Vision Through A Camera Lens

A FEW years ago, Ruth Bernhard celebrated her 80th birthday by climbing Mt. Fuji. She has retained a child-like curiosity and wonder about life, and is constantly being surprised by new discoveries. She has devoted the past 50 years to photographing these revelations - of both the visible and invisible world. And in doing so, she has found the commonplace to be amazing. There is growing appreciation for Bernhard's contribution as one of the premier fine-art photographers of this century. Her images have been exhibited in major museums and galleries throughout the world. Her latest book, ``The Eternal Body,'' is a monograph of classic female forms. And a videotape about her life and career, ``Illuminations,'' was recently released. Her images and ideas continue to inspire a new generation of photographers, and she is in constant demand as a teacher and speaker.

We discussed her life and art as we sat in the bay window of her Victorian flat in San Francisco. Light streamed into the room, which was lined in photographs and filled with natural objects that she has collected to observe, enjoy, and sometimes photograph.

How did you come to be a fine- art photographer?

I had a friend who needed money to go to a psychiatrist to find out why his dog tore up his apartment if he arrived home after midnight. I gave him $90, and in exchange he gave me his view camera. I started taking pictures of things I enjoyed, and found that people responded to my work. Within a short time I was making a living at photography, but it had no real value to me. When I met Edward Weston in 1935, my estimation of photography changed. His work touched me profoundly, and I suddenly realized that photography could be art. This gave me respect for my craft, and I approached it with new appreciation for its potential.

Photography is often regarded as a mechanical process that has little relation to creativity. What enables you to reveal your vision through photography?

It's a miracle that a photographer's intensity and understanding are able to transcend the camera. The camera is a mechanical instrument, but those who know how to use it can make it dance.

If you buy a Stradivarius and don't know how to play it, you just fiddle. The quality of the music comes from the person who is using the instrument. It requires feeling and mastery of the instrument to express one's vision.

You're very aware of everything around you - from the obvious to the incidental. How do you decide what to photograph?

I respond to those things that speak to me. The process is entirely intuitive. I follow my inspiration and do things for my own pleasure. The pictures make themselves with my help. They are gifts ... revelations.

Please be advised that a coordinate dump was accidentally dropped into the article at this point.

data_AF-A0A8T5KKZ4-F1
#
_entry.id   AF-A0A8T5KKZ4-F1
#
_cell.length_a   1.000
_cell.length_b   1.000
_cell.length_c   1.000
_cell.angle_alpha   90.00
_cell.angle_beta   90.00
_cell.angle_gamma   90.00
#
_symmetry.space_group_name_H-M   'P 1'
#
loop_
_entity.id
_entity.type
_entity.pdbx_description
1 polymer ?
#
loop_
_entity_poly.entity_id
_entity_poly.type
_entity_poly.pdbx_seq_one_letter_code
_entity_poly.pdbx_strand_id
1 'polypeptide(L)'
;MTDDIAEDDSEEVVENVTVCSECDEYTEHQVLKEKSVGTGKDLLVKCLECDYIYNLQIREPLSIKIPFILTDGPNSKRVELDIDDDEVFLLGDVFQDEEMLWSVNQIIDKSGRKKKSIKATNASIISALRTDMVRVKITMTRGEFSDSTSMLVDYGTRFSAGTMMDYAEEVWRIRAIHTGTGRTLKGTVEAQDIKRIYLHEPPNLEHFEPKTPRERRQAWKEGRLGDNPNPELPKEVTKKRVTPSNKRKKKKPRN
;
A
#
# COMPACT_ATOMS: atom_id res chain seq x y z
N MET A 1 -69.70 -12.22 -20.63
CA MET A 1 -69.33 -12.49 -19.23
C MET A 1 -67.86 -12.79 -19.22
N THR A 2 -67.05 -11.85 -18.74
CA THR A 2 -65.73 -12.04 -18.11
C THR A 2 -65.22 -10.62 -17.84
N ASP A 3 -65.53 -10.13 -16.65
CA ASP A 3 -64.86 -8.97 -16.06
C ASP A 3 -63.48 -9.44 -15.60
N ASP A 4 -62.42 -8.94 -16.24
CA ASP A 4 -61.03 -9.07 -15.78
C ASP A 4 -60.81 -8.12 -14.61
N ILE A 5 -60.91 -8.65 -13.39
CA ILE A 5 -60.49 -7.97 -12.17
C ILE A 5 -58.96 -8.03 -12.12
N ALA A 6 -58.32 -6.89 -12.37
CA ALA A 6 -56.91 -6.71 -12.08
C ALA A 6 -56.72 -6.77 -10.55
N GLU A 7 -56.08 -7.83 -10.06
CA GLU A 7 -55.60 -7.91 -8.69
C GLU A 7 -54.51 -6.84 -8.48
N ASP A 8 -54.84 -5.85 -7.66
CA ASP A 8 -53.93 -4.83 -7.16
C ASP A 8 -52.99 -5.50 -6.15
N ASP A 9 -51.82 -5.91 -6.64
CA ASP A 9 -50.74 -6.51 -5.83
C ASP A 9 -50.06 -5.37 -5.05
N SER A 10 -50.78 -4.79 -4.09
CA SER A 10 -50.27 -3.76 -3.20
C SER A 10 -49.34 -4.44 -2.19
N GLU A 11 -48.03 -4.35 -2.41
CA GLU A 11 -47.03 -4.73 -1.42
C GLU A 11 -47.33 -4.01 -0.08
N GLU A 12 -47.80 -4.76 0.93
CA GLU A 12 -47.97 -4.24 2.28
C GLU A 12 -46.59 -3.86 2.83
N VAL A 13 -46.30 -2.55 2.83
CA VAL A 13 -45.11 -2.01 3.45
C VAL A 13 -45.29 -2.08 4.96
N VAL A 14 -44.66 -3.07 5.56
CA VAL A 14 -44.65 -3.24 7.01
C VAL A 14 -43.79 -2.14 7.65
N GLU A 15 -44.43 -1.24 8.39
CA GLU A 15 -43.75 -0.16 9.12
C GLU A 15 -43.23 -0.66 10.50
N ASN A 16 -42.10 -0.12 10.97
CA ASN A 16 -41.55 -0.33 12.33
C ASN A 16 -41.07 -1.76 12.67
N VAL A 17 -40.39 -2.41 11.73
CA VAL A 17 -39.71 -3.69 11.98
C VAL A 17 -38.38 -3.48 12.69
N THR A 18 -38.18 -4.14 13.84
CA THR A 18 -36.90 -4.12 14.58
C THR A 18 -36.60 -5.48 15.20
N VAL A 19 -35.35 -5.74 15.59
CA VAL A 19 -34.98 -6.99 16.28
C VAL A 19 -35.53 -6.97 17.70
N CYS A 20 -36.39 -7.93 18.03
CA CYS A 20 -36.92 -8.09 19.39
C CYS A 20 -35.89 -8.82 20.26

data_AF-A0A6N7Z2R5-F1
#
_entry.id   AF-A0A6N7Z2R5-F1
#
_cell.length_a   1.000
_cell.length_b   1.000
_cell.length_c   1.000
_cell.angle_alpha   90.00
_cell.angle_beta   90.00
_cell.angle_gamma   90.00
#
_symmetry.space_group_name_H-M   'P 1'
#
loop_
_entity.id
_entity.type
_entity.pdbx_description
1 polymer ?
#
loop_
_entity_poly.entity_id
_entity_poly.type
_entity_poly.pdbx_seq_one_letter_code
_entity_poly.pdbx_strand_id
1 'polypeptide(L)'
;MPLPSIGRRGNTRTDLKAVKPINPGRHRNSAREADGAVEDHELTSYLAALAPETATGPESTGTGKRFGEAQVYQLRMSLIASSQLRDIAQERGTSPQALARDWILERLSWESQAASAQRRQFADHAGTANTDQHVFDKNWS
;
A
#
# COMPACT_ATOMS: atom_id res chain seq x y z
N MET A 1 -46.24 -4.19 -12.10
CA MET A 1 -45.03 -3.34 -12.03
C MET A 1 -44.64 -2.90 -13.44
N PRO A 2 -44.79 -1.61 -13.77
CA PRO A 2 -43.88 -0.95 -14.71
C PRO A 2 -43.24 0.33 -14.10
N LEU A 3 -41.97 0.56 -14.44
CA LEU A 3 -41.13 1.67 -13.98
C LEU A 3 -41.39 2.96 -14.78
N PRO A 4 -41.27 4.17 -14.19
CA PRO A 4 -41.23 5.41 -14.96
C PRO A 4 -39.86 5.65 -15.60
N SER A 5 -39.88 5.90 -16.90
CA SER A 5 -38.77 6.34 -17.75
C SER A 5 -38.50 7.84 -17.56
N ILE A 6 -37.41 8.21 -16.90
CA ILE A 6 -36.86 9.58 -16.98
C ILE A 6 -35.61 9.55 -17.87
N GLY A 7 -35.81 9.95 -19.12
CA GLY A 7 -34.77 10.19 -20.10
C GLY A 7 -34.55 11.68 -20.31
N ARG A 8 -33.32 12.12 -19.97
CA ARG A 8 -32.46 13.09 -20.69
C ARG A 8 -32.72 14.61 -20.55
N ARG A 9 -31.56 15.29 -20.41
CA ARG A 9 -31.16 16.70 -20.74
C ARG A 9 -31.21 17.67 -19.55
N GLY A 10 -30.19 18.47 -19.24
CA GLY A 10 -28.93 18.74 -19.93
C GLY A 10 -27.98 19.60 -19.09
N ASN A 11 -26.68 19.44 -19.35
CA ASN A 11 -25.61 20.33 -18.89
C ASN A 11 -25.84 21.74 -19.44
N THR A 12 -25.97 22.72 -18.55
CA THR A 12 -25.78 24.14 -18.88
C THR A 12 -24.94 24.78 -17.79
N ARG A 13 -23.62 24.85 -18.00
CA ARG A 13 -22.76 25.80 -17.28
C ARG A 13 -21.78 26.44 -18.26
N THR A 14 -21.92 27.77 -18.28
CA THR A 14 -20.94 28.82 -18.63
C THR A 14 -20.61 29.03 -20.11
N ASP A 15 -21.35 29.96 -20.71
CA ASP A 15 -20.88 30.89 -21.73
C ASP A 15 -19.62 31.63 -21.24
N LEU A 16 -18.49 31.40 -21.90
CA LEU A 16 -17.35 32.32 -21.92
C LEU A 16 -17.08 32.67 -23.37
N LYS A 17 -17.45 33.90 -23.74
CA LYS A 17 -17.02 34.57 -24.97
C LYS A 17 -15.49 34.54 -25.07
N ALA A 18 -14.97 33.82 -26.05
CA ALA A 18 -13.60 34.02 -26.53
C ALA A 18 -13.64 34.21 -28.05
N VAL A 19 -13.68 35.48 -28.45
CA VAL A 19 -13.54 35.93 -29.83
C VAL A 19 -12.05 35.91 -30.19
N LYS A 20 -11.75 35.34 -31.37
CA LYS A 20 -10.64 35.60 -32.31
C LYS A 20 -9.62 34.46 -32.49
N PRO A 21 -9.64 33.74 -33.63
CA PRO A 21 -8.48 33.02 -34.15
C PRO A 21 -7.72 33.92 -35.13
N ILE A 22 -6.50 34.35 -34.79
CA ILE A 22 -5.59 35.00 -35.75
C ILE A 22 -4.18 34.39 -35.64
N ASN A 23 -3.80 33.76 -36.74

What goes into making a photograph?

The circumstances have to be just right, and the light must expose what I want to reveal. I make only one negative when photographing a subject. The moment of exposure is a result of rejecting all other possibilities. It takes me many hours to make a photograph - I don't make snapshots. I consider making an image a tremendous privilege. When I look at a subject, it becomes something entirely different and always amazes me. I work hard to capture this.

How do you know if a photograph is successful?

If you as a viewer see something that you could not have possibly imagined seeing, then I have succeeded. The viewer's perception is part of the effect. Photography is akin to poetry, which uses the fewest words to speak of the most profound things. A great photograph should touch you in a way that you can never forget. I don't always accomplish this, but I always hope to.

You continue to be actively involved in teaching photography. What do you try to impart to your students?

I encourage them to discover what is important to them. The only things that should appear in their photographs are what they love and care about. This way they can bring out their own vision of life. I consider myself a gardener who doesn't change what is there but nourishes and cultivates it - and does a lot of weeding. A person cannot learn to be a photographer, he can only cultivate what he already has. I try to make people aware that they have something very precious to cultivate.

What other photographers do you admire?

I am moved by various photographers - Dorthea Lange, Henri Cartier-Bresson, Jerry Ulesmann, and Olivia Parker to name a few. Each photographer that I respond to makes me feel tall - instead of 5 feet I grow to 6 feet 8 inches.

What is it about your work that people find appealing?

I have a great affection for everything that I photograph, and I try to make visible what I see. Whether working with a human figure or a still life, I'm deeply aware of my spiritual connection with it. This gives my photographs a dimension that people respond to. If people like my work, it means they're responding to me - not just the visual images. My photographs are the visible expressions of my feeling about life.

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